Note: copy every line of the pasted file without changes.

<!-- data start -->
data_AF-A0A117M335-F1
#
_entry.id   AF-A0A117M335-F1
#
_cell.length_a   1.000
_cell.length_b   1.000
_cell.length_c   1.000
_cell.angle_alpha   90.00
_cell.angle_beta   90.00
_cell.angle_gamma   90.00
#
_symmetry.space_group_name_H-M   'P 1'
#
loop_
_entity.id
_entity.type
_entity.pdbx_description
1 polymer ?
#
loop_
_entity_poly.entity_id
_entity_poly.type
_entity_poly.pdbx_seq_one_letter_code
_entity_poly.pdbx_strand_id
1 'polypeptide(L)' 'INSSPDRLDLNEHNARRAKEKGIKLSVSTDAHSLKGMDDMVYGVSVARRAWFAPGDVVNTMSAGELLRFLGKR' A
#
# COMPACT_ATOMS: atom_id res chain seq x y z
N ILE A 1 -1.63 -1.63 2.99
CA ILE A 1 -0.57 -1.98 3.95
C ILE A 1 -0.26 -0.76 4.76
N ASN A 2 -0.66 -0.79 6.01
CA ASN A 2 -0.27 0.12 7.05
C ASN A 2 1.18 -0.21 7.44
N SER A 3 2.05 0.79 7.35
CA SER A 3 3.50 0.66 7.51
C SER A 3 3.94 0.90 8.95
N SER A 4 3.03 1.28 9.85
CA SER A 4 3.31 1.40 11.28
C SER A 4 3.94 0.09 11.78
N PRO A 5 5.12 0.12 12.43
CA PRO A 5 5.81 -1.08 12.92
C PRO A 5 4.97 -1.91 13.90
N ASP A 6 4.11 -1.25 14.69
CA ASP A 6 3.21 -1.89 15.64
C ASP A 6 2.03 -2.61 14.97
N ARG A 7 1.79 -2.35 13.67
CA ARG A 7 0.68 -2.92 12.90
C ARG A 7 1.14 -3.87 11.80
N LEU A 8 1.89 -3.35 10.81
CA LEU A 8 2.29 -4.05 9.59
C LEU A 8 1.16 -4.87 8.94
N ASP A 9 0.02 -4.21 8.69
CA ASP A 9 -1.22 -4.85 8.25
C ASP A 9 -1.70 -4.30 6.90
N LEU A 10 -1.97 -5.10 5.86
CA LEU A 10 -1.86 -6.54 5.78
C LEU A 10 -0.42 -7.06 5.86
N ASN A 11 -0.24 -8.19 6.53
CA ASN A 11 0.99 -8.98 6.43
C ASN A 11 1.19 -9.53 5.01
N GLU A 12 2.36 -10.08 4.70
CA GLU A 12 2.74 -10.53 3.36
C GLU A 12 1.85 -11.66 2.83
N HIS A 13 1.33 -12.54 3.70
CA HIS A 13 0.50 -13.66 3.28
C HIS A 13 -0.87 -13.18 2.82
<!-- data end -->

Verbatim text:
data_AF-A0A117M335-F1
#
_entry.id   AF-A0A117M335-F1
#
_cell.length_a   1.000
_cell.length_b   1.000
_cell.length_c   1.000
_cell.angle_alpha   90.00
_cell.angle_beta   90.00
_cell.angle_gamma   90.00
#
_symmetry.space_group_name_H-M   'P 1'
#
loop_
_entity.id
_entity.type
_entity.pdbx_description
1 polymer ?
#
loop_
_entity_poly.entity_id
_entity_poly.type
_entity_poly.pdbx_seq_one_letter_code
_entity_poly.pdbx_strand_id
1 'polypeptide(L)' 'INSSPDRLDLNEHNARRAKEKGIKLSVSTDAHSLKGMDDMVYGVSVARRAWFAPGDVVNTMSAGELLRFLGKR' A
#
# COMPACT_ATOMS: atom_id res chain seq x y z
N ILE A 1 -1.63 -1.63 2.99
CA ILE A 1 -0.57 -1.98 3.95
C ILE A 1 -0.26 -0.76 4.76
N ASN A 2 -0.66 -0.79 6.01
CA ASN A 2 -0.27 0.12 7.05
C ASN A 2 1.18 -0.21 7.44
N SER A 3 2.05 0.79 7.35
CA SER A 3 3.50 0.66 7.51
C SER A 3 3.94 0.90 8.95
N SER A 4 3.03 1.28 9.85
CA SER A 4 3.31 1.40 11.28
C SER A 4 3.94 0.09 11.78
N PRO A 5 5.12 0.12 12.43
CA PRO A 5 5.81 -1.08 12.92
C PRO A 5 4.97 -1.91 13.90
N ASP A 6 4.11 -1.25 14.69
CA ASP A 6 3.21 -1.89 15.64
C ASP A 6 2.03 -2.61 14.97
N ARG A 7 1.79 -2.35 13.67
CA ARG A 7 0.68 -2.92 12.90
C ARG A 7 1.14 -3.87 11.80
N LEU A 8 1.89 -3.35 10.81
CA LEU A 8 2.29 -4.05 9.59
C LEU A 8 1.16 -4.87 8.94
N ASP A 9 0.02 -4.21 8.69
CA ASP A 9 -1.22 -4.85 8.25
C ASP A 9 -1.70 -4.30 6.90
N LEU A 10 -1.97 -5.10 5.86
CA LEU A 10 -1.86 -6.54 5.78
C LEU A 10 -0.42 -7.06 5.86
N ASN A 11 -0.24 -8.19 6.53
CA ASN A 11 0.99 -8.98 6.43
C ASN A 11 1.19 -9.53 5.01
N GLU A 12 2.36 -10.08 4.70
CA GLU A 12 2.74 -10.53 3.36
C GLU A 12 1.85 -11.66 2.83
N HIS A 13 1.33 -12.54 3.70
CA HIS A 13 0.50 -13.66 3.28
C HIS A 13 -0.87 -13.18 2.82